Baste stitching with zippers seems like an extra step, but it will make your entire zipper process go much faster and smoother! Basting in just means quickly sewing together the fabric without back stitching or much attention to the precision of your stitches because the stitches just act like strong pins.

Baste stitch in your zipper with a 1/8 inch seam allowance.

Install the zipper foot on your sewing machine. Lower the presser foot and move the fabric so the zipper teeth rest on the side of the zipper foot. Stitch along the zipper teeth (but not into them! If you stitch into the zipper it won’t zip past the stitches.) down the entire length of the zipper. Be sure to forward and back stitch to secure your stitching at the start and end.

Fold down the fabric to expose your zipper. Finger press the exterior and interior fabric away from the zipper. (I try to avoid the heat of an iron against plastic zippers and the waterproof fabric.)

Slowly top stitch along the fabric to hold it into place. This prevents the fabric from getting caught in the zipper. I like to go slowly and gently pull the fabric away from the zipper while I’m sewing to ensure I get a secure top stitch.

Repeat on the other side of the zipper!

6. Prepare the Strap

Iron the strap in half lengthwise. Stitch then long side with a 1/4 inch seam allowance.

Using a safety pin, turn the fabric right side out and press.

Fold the strap in half (as shown above). You will place the strap into the bag during the next step.

7. Sew Sides:

**OPEN UP YOUR ZIPPER. If you sew zippered bags with the zipper closed, some times it can be impossible or very difficult to turn the bag right side out.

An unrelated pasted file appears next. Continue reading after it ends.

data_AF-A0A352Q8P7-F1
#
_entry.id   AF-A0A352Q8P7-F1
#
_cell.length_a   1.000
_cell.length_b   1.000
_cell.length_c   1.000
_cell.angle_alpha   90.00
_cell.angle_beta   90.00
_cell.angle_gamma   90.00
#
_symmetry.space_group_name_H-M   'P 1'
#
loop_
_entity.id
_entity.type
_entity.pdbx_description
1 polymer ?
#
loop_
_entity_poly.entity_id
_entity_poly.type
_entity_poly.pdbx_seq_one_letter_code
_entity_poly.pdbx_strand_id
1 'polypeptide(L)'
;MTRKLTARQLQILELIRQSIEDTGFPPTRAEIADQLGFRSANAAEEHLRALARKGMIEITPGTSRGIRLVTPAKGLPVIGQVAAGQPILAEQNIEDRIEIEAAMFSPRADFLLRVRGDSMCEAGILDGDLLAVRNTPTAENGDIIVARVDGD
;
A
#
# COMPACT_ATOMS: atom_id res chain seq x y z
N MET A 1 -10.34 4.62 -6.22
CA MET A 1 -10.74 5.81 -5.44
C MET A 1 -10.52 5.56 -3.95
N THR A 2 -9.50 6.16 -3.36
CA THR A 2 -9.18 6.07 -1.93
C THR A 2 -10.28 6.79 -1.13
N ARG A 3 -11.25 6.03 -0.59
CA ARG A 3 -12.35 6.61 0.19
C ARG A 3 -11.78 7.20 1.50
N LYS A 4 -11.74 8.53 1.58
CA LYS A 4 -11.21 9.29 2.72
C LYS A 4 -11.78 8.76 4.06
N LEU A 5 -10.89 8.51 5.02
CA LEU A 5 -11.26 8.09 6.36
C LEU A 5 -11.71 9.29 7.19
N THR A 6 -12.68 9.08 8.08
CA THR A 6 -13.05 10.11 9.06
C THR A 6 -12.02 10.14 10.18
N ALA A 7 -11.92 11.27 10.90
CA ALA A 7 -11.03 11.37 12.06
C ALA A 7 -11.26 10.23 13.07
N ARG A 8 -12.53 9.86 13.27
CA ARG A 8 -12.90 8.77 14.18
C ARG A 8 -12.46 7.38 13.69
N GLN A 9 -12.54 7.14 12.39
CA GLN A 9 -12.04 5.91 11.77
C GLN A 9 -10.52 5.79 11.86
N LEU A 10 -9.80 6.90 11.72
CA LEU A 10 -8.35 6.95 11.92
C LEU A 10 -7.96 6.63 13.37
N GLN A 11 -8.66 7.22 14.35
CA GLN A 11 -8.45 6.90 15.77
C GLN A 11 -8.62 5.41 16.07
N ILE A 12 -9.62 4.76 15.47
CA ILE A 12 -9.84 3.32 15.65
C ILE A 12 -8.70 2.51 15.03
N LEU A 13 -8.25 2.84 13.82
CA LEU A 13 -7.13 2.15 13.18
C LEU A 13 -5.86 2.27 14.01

Line up your fabric so the exterior fabric is right sides together and your interior fabric is right sides together. (It should look like a big rectangle with the zipper in the middle.) Pin the exterior fabric and clip the waterproof fabric together.

Pin the folded strap in-between the exterior fabric close to the zipper. The raw edges should be aligned. The strap will be tucked inside the bag

To sew the sides of the bag you will simply stitch almost all the way around the outside of this large rectangle with a 1cm seam allowance. Leave a 3-4 inch gap at the bottom of the interior waterproof fabric to turn the back right side out.

Once you stitch nearly all the way around the outside, trim the corners as shown. This allows the fabric to lay more flat when turned right side out.

8. Close Interior Seam:

Place your hand into the hole at the bottom of the fabric, reach all the way in grab onto the exterior fabric. Pull the exterior fabric and interior fabric through the hole to turn everything right side out.

Use a chopstick, knitting needle, or pencil to push out the corners of the bag.

Press the exterior fabric. (Don’t press the interior waterproof fabric. It may melt.)

Close the opening with a slip stitch or use a sewing machine to sew it closed neatly. Ensure all seams are secure and trim any stray threads.

9. Finishing Touches:

Push the interior fabric into the inside of the bag and you are good to go! Your wet bag is ready to use for storing wet swimsuits, diapers, gym clothes, or any other damp items while on the go.

Conclusion

Learning to sew a wet bag is a practical and customizable project that allows you to create a reusable solution for storing wet or damp items.

These bags can be great for a variety of different situations. You could make larger ones for sweaty gym clothes, smaller ones for reusable wet wipes, and a size in between for smaller bathing suits or diapers.